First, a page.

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THE STRANGE FORGOTTEN LIFE OF AMERICA’S OTHER BEN FRANKLIN, BY AN AUTHOR SO FASCINATED HE’S WRITING A NOVEL ABOUT HIM
September 1993 | Volume 44, Issue 5
Please to inform me in what manner fire opperates upon Clay to Change the Colour from the Natural Colour to red and from red to Black &c and how it operates upon Silver to Change it to Blue
I am Your most Huml & obedient Servant Benjamin Thompson
God Save the King
Rumford invented the convertible sofa, improved the double boiler, and proselytized for coffee.
He and Baldwin walked from Woburn to Cambridge (no small ramble—a thirty-mile round trip) to listen to the lectures of the celebrated astronomer John Winthrop. Later, when in England, he would help create the Royal Institution for the “edification and instruction” of the common man. And his essays are full of hortatory insistence on the value of experiment, promoting both trial and error and scientific self-reliance, those most American of virtues. Thomas Edison and Henry Ford would have found Thompson congenial; Luther Burbank and Buckminster Fuller might have recognized a kindred spirit in the count. So although he was an auto-didact and had not attended college, he showed a lifelong interest in and respect for the academy; there is still today at Harvard a “Rumford Professor of the Physical and Mathematical Sciences as applied to the useful Arts.”
His gift of maps and books and drawings to the Military Academy seems rather more surprising; it’s as if Benedict Arnold had bequeathed his papers to the library at Fort Ticonderoga. Major Thompson was a Tory, one of General Gage’s informers, and a military spy. Using a form of invisible ink—he called it “sympathetic ink” and fashioned it from an infusion of nutgalls—he wrote to the English general about the training, disposition, and preparedness of the American troops. When his double-agent dealings were about to be unmasked, he fled from Boston to London. He returned to these shores only once, as a lieutenant colonel in King George’s service, and earned a reputation for ferocity in war.
In Charleston, South Carolina, he engaged the troops of Francis Marion, the “Swamp Fox,” beating them at Wambaw Creek; after that he sailed north. Camped in Huntington, Long Island, he slaughtered the farmers’ livestock, tore down their fences for kindling, and razed the local church. He requisitioned tombstones from the local cemetery and converted them into baker’s slabs. Legend has it that he made the citizens of Huntington eat bread with their relatives’ initials incised upon the crusts. So Ben Thompson was much hated in America. But he never quite could understand why his natal nation did not make him welcome home, and though it seems at best improbable that he would have been appointed to administer the army he had attempted to subdue, he once proposed himself as the military supervisor of West Point.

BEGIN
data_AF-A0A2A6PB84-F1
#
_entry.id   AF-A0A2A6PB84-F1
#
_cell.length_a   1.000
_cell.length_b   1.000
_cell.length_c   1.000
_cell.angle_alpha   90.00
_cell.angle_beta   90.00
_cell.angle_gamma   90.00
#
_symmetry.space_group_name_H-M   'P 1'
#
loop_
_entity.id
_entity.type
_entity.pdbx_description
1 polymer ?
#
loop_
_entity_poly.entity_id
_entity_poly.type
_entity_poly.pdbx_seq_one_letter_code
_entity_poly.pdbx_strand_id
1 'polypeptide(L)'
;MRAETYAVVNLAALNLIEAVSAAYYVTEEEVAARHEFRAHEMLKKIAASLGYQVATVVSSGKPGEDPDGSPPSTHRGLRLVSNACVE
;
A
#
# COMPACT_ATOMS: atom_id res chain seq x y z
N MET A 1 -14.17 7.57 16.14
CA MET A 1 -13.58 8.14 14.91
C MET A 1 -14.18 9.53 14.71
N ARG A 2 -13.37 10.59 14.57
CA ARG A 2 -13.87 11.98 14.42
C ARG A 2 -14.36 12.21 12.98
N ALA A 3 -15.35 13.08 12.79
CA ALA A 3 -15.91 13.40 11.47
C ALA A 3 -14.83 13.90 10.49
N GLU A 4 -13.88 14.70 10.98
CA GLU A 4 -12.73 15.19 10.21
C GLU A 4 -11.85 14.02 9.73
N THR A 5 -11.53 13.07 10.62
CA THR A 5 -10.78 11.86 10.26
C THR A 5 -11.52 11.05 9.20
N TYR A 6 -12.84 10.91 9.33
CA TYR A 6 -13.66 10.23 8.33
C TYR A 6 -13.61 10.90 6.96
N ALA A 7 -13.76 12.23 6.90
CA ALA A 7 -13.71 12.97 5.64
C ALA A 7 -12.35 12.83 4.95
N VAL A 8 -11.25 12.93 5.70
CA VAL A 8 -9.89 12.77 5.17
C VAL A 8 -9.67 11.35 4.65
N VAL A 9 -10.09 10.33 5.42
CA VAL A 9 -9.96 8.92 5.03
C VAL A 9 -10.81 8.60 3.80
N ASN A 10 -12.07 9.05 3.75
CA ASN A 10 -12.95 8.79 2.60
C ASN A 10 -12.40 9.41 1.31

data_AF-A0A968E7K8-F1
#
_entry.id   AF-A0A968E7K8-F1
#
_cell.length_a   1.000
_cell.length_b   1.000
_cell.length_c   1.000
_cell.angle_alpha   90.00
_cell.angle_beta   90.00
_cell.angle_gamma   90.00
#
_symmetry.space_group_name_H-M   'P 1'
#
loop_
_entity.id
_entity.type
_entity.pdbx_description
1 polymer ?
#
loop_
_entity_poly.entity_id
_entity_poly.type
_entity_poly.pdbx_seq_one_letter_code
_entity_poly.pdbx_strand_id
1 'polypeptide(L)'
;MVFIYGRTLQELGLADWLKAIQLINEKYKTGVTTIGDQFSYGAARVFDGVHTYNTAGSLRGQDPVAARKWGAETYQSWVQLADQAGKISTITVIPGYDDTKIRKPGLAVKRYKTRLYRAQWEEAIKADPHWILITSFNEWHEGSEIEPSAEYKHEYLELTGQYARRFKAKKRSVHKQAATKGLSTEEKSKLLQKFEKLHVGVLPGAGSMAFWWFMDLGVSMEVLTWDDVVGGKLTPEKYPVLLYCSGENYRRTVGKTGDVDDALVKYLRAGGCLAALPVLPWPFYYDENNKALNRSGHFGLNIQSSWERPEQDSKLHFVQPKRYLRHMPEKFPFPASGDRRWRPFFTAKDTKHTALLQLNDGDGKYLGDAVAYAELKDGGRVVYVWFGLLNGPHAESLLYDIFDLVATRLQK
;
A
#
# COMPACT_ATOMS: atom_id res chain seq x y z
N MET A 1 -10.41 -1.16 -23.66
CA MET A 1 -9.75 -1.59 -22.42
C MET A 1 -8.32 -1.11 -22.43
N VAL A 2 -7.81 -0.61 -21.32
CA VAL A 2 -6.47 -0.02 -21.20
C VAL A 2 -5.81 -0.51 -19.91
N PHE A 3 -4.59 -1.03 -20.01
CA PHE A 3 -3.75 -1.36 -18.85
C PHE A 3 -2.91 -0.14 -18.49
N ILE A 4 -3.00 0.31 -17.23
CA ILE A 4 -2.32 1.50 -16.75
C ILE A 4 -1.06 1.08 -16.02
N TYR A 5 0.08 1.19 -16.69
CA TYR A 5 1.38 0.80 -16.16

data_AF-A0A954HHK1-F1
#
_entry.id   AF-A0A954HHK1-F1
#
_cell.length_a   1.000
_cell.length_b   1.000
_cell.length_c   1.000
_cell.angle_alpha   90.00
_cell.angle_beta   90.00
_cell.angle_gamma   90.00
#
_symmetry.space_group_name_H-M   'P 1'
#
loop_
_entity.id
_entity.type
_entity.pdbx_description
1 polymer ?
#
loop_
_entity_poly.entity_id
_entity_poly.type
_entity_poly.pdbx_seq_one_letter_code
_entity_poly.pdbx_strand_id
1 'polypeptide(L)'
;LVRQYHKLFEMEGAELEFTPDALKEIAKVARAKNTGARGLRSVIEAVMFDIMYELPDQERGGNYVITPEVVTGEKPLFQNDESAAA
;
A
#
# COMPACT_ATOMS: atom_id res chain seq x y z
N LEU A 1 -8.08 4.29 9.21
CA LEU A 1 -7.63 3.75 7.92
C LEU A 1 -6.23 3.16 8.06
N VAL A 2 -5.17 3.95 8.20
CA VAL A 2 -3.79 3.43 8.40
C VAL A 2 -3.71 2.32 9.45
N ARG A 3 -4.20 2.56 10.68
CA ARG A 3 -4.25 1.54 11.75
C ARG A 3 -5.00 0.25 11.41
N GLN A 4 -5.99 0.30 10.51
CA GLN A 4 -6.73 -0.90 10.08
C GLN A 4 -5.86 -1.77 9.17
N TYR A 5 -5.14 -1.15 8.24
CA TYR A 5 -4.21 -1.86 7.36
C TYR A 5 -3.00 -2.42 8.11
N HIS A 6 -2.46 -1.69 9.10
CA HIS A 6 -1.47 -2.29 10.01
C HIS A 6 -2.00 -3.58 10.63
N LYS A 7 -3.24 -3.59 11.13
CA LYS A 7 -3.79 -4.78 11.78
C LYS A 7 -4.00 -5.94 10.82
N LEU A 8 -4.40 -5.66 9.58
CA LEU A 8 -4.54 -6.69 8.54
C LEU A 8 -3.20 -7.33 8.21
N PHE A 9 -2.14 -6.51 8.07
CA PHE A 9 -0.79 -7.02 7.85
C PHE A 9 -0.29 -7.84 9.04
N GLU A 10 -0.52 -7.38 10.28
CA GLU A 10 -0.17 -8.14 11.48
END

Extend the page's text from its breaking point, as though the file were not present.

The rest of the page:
There’s something of the mercenary here—a selling to the highest bidder—and something also of Count Rumford’s lifelong love of order. The hierarchical arrangement of the British army must have seemed far more congenial to the young Tory than the higgledy-piggledy massing of the patriots’ militia. Also, the notion of national affinity—that cluster of emotions we now describe as love of country—was less well defined in the eighteenth century; men crossed boundaries at will and worked where they were paid. To be a “man without a country” was not necessarily to be an alien or alone. One has the sense that what this soldier most enjoyed was the chance to prance astride a horse, beribboned and bright-helmeted, approving a parade. He first attracted the attention of Gov. John Wentworth of New Hampshire by how well he sat his mount and wore his cloak; later he became the associate of Prince Maximilian des Deux Ponts for much the same reason, in Strasbourg. He ended his military career in the service of the Elector Palatine—and one of his first acts as chamberlain and general was to improve the costume of the Bavarian troops. He paid attention all his life to cockades, furs, silks, caps, and capes; in his old age he liked to go for carriage rides while wearing, entirely, white.
The career is rich and strange; it resists brief summary. Rumford’s published writings run to several thousand pages; his preserved letters are numerous also, as are contemporary accounts. His father died when he was young; his mother remarried a farmer, and he began with few advantages. Thompson was handsome, however, and tall and strong; he took French and fencing lessons and, in exchange for cut and delivered hardwood, bought a blue Hussar cloak. In this garment he went courting and won his first campaign. Further, he possessed an active—his enemies would call it opportunistic—imagination; he created himself from whole cloth.
When it came time to solicit a title in Britain, he enlarged upon his ancestors’ importance, conferring on them an invented relation to “the antient and respectable Family of Thompson of the County of York, from a constant Tradition that they derived their Descent from that Source. …” All his life he courted favor, from both male and female sponsors, and it helped if the sponsors were rich. Gov. John Wentworth, Lord George Germain, Prince Maximilian des Deux Ponts, the Elector Palatine, Countess Baumgarten, Mary Palmerston, and Mary, Countess Nogarola fell—turn by turn, and there were others—under his elegant spell.